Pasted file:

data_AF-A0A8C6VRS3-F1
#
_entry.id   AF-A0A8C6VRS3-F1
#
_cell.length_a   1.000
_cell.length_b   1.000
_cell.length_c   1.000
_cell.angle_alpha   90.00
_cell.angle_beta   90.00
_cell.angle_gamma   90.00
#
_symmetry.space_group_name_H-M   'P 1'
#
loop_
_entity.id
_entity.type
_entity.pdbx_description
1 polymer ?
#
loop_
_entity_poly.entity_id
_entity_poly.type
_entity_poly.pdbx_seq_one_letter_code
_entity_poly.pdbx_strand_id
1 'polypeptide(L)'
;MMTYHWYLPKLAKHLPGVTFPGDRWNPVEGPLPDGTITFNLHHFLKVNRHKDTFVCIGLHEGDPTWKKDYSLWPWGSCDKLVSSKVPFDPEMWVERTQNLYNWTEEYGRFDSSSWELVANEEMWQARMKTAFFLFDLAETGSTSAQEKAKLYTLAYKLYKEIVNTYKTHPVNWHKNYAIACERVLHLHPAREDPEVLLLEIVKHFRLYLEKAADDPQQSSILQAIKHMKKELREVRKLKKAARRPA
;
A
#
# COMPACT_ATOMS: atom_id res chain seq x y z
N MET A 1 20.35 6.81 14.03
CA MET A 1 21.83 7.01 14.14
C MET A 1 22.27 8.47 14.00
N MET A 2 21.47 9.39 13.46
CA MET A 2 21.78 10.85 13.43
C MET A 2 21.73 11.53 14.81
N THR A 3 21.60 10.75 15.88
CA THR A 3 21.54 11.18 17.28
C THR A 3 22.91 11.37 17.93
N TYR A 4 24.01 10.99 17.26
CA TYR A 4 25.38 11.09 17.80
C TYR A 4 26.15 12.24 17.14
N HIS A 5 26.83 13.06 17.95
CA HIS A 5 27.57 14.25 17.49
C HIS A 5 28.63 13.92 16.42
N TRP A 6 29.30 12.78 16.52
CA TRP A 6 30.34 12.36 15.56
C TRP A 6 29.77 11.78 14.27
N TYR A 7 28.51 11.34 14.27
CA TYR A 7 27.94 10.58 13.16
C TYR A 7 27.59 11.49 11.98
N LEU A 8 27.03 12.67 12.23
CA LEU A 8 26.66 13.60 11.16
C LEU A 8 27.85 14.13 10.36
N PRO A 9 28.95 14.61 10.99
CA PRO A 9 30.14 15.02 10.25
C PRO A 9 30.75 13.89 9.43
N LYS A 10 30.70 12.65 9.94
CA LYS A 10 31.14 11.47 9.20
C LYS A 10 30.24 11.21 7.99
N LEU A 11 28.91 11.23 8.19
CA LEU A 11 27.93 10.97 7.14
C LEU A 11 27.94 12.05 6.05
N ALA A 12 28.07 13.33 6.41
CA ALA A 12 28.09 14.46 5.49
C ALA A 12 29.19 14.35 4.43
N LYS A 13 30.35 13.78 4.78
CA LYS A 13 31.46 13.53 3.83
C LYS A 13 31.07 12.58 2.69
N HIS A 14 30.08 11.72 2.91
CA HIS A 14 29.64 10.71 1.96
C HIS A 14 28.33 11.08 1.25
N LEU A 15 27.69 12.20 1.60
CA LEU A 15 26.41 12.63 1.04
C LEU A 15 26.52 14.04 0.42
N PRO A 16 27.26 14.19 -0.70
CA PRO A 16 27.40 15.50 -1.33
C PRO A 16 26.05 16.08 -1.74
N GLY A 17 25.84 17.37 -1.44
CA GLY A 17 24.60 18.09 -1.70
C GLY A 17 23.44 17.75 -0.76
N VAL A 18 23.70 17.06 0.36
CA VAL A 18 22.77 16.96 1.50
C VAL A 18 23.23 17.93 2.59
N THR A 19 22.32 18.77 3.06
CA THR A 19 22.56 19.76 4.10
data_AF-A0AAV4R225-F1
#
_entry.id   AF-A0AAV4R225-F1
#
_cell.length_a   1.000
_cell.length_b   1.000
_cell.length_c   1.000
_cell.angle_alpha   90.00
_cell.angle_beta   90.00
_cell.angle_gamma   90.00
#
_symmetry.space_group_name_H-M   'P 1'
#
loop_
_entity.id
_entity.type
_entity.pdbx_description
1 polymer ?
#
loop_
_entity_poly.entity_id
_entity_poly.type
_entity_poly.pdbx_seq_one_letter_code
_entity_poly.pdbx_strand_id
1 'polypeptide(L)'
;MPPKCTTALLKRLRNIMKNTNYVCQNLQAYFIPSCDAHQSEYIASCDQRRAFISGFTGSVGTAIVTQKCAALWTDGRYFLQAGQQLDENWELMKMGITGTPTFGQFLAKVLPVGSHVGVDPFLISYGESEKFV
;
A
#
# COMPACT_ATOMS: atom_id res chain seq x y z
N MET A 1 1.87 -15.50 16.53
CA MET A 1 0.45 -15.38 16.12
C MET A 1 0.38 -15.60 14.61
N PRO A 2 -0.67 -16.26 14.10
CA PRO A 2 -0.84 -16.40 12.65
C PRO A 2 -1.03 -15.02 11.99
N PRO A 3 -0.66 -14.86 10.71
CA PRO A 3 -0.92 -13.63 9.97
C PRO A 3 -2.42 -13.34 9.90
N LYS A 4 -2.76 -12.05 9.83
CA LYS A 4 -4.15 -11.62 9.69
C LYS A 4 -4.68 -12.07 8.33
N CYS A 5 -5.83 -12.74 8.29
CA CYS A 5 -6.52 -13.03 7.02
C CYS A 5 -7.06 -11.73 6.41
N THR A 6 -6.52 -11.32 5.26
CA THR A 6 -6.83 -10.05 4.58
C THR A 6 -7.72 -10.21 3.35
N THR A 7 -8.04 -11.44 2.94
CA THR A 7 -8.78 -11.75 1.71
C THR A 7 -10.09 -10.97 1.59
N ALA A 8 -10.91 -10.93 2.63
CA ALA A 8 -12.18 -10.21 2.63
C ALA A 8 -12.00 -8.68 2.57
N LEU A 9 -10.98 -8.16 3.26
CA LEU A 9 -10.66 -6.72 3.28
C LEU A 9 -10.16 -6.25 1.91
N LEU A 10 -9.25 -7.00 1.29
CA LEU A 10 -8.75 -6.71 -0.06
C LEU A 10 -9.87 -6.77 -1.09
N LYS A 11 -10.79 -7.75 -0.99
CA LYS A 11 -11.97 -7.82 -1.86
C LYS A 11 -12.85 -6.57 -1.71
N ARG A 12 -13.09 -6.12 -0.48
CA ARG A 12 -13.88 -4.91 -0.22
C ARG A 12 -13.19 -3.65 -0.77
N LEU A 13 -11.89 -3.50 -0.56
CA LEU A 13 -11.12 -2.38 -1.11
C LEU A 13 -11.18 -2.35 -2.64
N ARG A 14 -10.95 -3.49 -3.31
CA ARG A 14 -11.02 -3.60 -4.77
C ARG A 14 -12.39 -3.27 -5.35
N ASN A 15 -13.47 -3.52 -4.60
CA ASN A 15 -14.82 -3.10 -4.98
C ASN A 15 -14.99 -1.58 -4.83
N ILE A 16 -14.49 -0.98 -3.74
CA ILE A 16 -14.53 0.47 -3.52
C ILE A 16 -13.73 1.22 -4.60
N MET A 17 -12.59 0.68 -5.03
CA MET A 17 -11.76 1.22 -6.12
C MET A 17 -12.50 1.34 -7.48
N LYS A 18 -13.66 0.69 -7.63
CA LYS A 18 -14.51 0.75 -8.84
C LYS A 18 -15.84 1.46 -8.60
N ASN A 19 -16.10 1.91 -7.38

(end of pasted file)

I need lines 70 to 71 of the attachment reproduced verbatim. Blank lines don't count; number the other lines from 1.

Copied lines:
N HIS A 14 30.08 11.72 2.91
CA HIS A 14 29.64 10.71 1.96